- bleeding or bruising
- blood clots
- injury to the artery or vein
- a small risk of stroke
- a very small chance of a heart attack or a need for bypass surgery
- low blood pressure
A coronary angiography is a test to find out if you have a blockage in a coronary artery. Your doctor will be concerned that you are at risk of a heart attack if you have unstable angina, atypical chest pain, aortic stenosis, or unexplained heart failure.
During the coronary angiography, a contrast dye will be injected into the arteries through a catheter (thin, plastic tube), while a doctor watches how blood flows through your heart on an X-ray screen.
This test is also known as a cardiac angiogram, catheter arteriography, or cardiac catheterization.
Doctors will often use magnetic resonance imaging (MRI) or a computerized tomography (CT) scan before a coronary angiography test, in an effort to pinpoint problems with your heart.
Do not eat or drink anything for eight hours before the angiography. Arrange for someone to give you a ride home, and to stay with you the night after your test, because you may feel dizzy or light-headed for the first 24 hours after the cardiac angiography.
In many cases, you will be asked to check into the hospital the morning of the test, and you will be able to check out later the same day.
At the hospital, you will be asked to wear a hospital gown and to sign consent forms. The nurses will take your blood pressure, start an intravenous line (IV), and, if you have diabetes, check your blood sugar. You may also have to undergo a blood test and an electrocardiogram (ECG).
Let your doctor know if you are allergic to seafood, if you have had a bad reaction to contrast dye in the past, if you are taking sildenafil (Viagra), or if you might be pregnant.
Before the test, you will be given a mild sedative to help you relax. You will be awake throughout the test.
Your doctor will clean and numb an area of your body in the groin or arm with an anesthetic. You may feel a dull pressure as a sheath opens an artery for a thin tube called a catheter. The catheter will gently be guided up to an artery in your heart. The doctor will supervise the whole process on a screen.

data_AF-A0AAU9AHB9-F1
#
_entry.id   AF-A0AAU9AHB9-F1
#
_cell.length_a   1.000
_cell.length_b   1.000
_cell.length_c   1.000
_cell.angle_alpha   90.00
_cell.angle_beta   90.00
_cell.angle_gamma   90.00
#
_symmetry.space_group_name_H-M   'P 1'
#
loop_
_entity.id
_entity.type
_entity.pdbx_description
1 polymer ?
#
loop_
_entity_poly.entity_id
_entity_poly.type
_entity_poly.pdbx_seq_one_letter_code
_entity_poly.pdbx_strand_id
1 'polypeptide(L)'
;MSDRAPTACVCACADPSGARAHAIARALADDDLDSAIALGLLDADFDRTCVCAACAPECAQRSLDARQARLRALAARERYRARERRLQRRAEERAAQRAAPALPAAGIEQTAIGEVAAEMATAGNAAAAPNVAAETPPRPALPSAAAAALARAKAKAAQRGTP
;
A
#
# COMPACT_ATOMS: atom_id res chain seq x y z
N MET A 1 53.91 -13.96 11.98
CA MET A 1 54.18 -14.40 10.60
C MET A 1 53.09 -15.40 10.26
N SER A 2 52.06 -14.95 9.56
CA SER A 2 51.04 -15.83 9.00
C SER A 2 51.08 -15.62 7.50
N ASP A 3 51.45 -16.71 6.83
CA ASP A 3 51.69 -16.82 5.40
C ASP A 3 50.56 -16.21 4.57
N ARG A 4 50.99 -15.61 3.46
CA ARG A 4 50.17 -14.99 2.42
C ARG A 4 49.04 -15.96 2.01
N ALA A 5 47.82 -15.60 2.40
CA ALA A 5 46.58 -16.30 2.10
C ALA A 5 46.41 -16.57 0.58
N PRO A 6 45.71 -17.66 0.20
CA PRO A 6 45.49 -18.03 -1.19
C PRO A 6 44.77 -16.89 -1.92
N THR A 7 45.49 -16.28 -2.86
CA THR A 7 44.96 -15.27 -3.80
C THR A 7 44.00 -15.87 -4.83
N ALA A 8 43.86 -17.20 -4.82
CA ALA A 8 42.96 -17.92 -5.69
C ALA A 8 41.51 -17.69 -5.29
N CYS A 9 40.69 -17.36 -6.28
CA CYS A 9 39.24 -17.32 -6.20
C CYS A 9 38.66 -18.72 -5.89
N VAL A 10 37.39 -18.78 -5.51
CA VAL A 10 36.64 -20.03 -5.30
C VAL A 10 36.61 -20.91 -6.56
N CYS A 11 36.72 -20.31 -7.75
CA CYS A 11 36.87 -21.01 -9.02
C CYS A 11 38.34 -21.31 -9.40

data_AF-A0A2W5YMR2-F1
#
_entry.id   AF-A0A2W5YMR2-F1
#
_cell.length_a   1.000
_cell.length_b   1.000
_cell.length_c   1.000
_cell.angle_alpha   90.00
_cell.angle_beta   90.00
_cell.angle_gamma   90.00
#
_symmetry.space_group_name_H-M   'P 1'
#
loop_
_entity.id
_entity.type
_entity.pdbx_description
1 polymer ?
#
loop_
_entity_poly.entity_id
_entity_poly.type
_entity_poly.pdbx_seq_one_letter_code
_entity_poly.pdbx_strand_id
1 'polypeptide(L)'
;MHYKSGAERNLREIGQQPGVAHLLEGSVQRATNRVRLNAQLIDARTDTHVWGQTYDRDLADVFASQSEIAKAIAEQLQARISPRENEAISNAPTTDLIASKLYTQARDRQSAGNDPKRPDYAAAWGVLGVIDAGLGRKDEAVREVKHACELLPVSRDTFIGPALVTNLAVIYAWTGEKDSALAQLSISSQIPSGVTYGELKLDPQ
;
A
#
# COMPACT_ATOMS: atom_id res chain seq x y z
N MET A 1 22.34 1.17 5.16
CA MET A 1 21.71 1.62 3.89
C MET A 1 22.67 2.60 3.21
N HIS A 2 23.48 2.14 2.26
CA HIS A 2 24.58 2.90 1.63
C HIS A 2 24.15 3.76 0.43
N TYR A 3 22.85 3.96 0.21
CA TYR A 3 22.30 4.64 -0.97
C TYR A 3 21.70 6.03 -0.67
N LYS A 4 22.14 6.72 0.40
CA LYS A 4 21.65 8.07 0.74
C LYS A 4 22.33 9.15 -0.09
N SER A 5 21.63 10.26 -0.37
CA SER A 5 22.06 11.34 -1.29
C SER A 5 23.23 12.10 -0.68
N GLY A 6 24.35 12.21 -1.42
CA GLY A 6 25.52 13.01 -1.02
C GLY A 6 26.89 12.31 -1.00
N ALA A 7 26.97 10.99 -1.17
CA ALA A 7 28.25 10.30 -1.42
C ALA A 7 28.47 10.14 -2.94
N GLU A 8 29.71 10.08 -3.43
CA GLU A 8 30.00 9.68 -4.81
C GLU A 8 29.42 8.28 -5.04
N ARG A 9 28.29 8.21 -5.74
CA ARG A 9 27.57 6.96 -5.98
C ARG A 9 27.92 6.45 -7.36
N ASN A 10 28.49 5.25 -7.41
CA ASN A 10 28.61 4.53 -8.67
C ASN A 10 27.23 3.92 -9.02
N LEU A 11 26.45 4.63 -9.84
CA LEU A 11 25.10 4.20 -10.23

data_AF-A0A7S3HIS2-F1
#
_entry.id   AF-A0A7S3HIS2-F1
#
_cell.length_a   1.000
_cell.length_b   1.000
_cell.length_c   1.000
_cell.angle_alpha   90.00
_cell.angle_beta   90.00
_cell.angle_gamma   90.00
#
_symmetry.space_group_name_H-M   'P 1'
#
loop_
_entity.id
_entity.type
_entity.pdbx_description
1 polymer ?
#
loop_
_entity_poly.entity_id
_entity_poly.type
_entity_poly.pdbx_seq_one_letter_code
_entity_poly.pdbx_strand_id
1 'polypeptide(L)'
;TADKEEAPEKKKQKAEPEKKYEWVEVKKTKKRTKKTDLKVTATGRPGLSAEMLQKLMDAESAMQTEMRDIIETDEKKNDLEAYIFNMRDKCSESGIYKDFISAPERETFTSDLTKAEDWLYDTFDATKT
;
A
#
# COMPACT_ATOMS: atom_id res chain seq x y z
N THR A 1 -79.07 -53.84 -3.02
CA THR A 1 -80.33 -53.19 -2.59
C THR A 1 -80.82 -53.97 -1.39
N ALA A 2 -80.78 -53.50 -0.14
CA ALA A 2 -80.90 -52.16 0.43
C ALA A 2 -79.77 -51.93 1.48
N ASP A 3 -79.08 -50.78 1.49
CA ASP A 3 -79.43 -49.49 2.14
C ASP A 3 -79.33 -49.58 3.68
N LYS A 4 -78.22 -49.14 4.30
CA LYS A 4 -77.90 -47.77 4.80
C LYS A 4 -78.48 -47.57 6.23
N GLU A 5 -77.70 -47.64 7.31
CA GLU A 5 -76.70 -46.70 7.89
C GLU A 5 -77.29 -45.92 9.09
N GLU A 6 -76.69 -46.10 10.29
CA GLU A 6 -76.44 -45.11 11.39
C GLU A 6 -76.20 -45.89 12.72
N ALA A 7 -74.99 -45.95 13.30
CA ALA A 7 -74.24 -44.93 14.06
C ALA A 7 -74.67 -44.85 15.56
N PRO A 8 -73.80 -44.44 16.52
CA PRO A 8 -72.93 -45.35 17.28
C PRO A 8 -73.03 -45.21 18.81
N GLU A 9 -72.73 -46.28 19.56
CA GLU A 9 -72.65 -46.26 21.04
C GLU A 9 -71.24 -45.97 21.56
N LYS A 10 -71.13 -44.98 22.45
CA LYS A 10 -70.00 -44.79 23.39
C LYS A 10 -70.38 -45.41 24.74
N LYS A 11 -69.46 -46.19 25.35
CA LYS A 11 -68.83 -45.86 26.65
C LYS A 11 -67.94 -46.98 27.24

It is unlikely that you will feel the tube move through your blood vessels.
A slight burning or “flushing” sensation can be felt after the dye is injected.
After the test, pressure will be applied at the site where the catheter is removed to prevent bleeding. If the catheter is placed in your groin, you may be asked to lie flat on your back for a few hours after the test to prevent bleeding. This can cause mild back discomfort.
Drink plenty of water after the test to help your kidneys flush out the contrast dye.
A desired result is that there is a normal supply of blood to your heart and no blockages. An abnormal result may mean that you have one or more blocked arteries. If you have a blocked artery, your doctor may choose to do an angioplasty to immediately improve blood flow.
Cardiac catheterization is very safe when performed by an experienced team, but there are risks.
Risks can include:
It used to be thought that a cardiac angiography could injure a kidney, but research published in the European Heart Journal early in 2012 showed that this was a rare complication (Ko, et al., 2012).
Relax and drink plenty of water. Do not smoke or drink alcohol. Remember you have had an anesthetic so don’t drive, operate machinery, or make any important decisions.
Remove the bandage after 24 hours. If there is minor oozing, apply a fresh bandage for another 12 hours.
For two days, do not have sex or perform any heavy exercise.
Do not take a bath, use a hot tub, or use a pool for at least three days. You may shower. Do not apply lotion near the puncture site for three days. You will need to see your heart doctor a week after the test.